(2) Every Metropolitan must be situated within the jurisdiction of a Patriarch, and their election requires the approval of their patriarchal head bishop. Metropolitans of sui juris Churches have the bishop of Rome as their patriarchal head bishop, and thus their election requires his approval. Likewise, Metropolitans within Patriarchal Churches have the Patriarch as their head bishop, and thus their election requires patriarchal approval (not
the bishop of Rome's approval).
7. Right to vote in Papal elections without belonging to the College of Cardinals.
8. Establishment of a standing Synod of Patriarchs, consisting of all the Eastern Catholic Patriarchs and the Partriarch of the West.
Agree. Currently, such a structure exists since V2, but only at the beck and call of the bishop of Rome. Such a Synod should be permanent on a defined, periodic basis (maybe, once a year, or once every two years, etc.), and the Patrarich of the Latins would be as much obligated to attend as all the other Patriarchs. If this is established, the ad limina visit would actually be merely redundant and can disappear.
9. Abolition of the Bureau of Indian Affairs, AKA the Colonial Office, AKA the Congregation for the Oriental Churches.
Mostly agree. I strongly believe that the Congregation is the most expedient way for the Pope to provide for the financial needs of other Churches on an as-need basis. This is a very Traditional role of the bishop of Rome. The Congregation should be merely consultative on all other matters, and should not have any executive, legislative, or judicial powers with respect to the Eastern and Oriental Churches.
10. End of mandatory ad limina visits to Rome for Eastern Catholic bishops.
Disagree, with caveat. The ad limina visit is analogous to the requirement of bishops in metropolitan provinces to meet with their head bishop at certain fixed periods for the sake of the well-being of the entire province, as well as to address local issues with the head bishop. Though the bishop of Rome is head bishop (i.e., Patriarch) of the Latins most of the time, he is also the head bishop of the Church universal. I fully recognize that the ad limina visit is a development, but I don't find anything particularly wrong with it - for the specific purpose of the universal Church's head bishop to ascertain the well-being of each local Church (as noted earlier, a permanent, periodic Synod of Patriarchs would render the ad limina visit suprefluous). However, there is one aspect of it to which I do object - the idea that it is for the purpose of honoring the papacy as the head bishopric of the Church universal. I strongly believe such a purpose is wholly superfluous and even somewhat condescending, given that the Pope is already and constantly commemorated in the Liturgy as such. Further, as long as the Congregation for the Oriental Churches exists in the same capacity as it does today, even the correct purpose for the ad limina visit becomes utterly unnecessary. The correct purpose for the ad limina visit should be acceptable, but only on the condition that the said Congregation ceases to function in the way it does today.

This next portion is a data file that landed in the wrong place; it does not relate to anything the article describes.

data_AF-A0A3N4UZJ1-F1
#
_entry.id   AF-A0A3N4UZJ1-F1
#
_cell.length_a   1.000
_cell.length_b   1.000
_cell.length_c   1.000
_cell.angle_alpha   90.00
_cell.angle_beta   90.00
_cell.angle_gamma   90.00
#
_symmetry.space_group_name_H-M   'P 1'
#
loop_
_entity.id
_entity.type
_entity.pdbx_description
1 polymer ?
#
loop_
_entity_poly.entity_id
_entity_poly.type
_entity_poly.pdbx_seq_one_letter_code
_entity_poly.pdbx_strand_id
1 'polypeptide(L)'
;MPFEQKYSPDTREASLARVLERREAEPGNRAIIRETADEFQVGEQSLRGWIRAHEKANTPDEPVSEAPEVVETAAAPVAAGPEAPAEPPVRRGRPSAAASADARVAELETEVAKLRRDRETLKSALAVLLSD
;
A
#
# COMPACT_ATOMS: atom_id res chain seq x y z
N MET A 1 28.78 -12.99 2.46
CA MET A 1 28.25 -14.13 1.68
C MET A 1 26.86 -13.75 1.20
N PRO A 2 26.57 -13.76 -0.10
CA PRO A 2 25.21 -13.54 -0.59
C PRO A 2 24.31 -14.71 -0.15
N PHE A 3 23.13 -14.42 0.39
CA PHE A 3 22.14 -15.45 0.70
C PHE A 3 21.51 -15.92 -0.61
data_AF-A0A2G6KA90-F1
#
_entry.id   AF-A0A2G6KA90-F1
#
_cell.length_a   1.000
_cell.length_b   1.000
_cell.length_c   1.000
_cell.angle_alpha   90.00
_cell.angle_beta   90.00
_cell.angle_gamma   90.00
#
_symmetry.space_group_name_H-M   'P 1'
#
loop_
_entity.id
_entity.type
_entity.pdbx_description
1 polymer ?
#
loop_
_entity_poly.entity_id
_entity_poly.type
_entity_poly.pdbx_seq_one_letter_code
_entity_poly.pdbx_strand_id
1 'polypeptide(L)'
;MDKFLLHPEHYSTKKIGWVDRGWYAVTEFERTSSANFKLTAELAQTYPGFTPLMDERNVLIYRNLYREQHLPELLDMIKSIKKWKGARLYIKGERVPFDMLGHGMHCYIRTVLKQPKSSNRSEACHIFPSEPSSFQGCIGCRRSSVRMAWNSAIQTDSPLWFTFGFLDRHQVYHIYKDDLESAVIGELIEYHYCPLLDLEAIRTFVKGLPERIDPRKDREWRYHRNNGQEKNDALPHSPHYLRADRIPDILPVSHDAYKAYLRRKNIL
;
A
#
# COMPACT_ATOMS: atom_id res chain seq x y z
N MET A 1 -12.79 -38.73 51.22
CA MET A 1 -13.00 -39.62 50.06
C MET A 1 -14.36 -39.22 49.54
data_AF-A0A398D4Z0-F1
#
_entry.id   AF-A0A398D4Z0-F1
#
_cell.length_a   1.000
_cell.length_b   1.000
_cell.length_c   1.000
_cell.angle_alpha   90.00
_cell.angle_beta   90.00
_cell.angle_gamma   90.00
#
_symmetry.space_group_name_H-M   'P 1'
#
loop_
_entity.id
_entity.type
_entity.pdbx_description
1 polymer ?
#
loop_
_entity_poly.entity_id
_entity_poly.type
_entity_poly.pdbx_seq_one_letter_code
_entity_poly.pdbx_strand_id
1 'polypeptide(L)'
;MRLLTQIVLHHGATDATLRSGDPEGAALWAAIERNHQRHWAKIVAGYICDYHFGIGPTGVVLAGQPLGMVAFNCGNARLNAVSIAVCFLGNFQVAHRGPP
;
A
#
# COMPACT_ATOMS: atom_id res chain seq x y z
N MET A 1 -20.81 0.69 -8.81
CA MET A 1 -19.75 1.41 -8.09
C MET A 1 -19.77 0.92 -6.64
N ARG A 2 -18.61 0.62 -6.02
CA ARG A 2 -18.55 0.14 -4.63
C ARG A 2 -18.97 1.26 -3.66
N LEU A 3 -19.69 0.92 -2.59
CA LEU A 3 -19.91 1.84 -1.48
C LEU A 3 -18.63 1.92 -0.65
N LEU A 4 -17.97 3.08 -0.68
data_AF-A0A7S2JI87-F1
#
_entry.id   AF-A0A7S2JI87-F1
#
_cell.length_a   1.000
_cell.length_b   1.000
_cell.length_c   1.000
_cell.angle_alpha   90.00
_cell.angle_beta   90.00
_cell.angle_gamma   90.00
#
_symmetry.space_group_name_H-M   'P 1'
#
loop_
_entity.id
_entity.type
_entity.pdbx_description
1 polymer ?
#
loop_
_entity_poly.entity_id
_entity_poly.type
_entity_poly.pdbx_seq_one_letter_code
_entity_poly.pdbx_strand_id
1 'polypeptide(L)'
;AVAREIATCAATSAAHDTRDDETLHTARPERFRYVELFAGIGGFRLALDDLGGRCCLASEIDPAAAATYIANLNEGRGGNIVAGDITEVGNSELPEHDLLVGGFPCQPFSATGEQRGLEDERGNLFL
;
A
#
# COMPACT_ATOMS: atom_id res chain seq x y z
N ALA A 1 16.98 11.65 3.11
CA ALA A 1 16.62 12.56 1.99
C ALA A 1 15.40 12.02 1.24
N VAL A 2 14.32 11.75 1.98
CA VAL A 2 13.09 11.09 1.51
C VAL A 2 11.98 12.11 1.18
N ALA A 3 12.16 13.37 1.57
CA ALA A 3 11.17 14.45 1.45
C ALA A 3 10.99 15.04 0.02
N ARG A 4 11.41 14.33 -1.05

So I believe the ad limina visit is acceptable for its proper purpose OR it can be replaced by a permanent, periodic Synod of heads of sui juris Churches.